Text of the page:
He was responsible for evolution of the ISRO Satellite Launch Vehicle programmes, initiating the composite product technology and establishing the Reinforced Plastics Production Centre.

He has been involved with the development of India' main battle tank (MBT) - Arjun - and part of the prestigious Light Combat Aircraft (LCA) development project, both of which have not had much success.

As project director, he contributed to the design, development and management of India's first indigenous satellite launch vehicle (SLV) and putting the Rohini satellite into orbit.

Kalam has a special attachment for Hyderabad after having spent a decade as director of the DRDO beginning 1982.

He conceived and directed the Integrated Guided Missile Development Programme (IGMDP) as its chief executive.

The spectacular story thereafter has been well-documented. With the successful launch of a number of missiles, India became a member of an exclusive international club.

Under Kalam's stewardship, the DRDL successfully launched Prithvi (a surface-to-surface missile), Trishul (a short-range surface-to-air missile), Akash (a medium-range surface-to-air missile) and Nag (an anti-tank missile), apart from Agni (a long range missile with a nuclear option).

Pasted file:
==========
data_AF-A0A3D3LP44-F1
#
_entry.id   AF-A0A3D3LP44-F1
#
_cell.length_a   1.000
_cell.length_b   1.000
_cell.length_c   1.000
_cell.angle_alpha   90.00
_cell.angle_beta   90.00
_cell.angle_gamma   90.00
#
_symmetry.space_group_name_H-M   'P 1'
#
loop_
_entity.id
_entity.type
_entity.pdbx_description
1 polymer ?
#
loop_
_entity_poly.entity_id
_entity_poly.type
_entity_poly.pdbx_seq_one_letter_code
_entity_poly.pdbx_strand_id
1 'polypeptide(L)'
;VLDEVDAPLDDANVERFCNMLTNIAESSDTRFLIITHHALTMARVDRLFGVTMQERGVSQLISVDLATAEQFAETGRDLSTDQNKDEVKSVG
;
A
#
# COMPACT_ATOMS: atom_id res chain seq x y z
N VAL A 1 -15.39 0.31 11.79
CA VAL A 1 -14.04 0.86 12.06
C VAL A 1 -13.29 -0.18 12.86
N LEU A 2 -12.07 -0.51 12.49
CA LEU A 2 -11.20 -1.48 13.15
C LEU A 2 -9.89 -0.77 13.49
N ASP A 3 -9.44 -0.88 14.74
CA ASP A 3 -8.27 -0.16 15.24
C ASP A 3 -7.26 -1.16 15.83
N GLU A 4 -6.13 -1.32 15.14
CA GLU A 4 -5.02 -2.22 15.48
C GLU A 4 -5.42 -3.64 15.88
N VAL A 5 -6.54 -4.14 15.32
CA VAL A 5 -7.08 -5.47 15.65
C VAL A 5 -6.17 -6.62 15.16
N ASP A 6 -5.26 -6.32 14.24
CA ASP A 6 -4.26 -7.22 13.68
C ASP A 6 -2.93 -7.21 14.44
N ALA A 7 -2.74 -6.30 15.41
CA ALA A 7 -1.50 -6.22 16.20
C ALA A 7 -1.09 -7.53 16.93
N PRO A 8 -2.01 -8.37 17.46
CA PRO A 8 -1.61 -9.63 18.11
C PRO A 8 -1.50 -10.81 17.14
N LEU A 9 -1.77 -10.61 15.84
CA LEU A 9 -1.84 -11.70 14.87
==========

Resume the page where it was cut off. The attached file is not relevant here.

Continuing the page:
In the span of two decades, India was recognised as a technologically advanced nation in league with the best in the world.

His initiative - the advanced research centre called the Research Centre Imarat at Hyderabad - attracts talent from all over the country and is the hub of critical technology development in India.

Kalam is a strong votary of indigenisation. The Pokhran-II nuclear tests, which showcased India's technological capabilities, were largely the result of his efforts.

It was in DRDO, Hyderabad that he initiated a project for using the spin-offs of missile technology for medical purposes, an outcome of which was the Kalam-Raju stent for heart.

Kalam has been the recipient of a number of awards and accolades including doctorates from Anna, Jadavpur and Banaras Hindu Universities, IIT (Bombay), National Design Award of the Institution of Engineers, Biren Roy Space Award, the Om Prakash Bhasin award, National Nehru Award and Distinguished Professor of the Engineering Staff College of India award.

He has been associated with the Aeronautical Society of India, the Astronomical Society, Indian National Academy of Engineering and Indian National Academy of Science.

In recognition of his outstanding contribution, the government honoured him with the Padma Bhushan in 1981, Padma Vibhushan in 1990 and finally, the nation's greatest honour - the Bharat Ratna - in 1997.

Kalam served as scientific adviser to the defence minister and as secretary, Department of Defence Research & Development from July 1992 to December 1999. He was chief scientific adviser to the Government of India till he demitted office in November 2001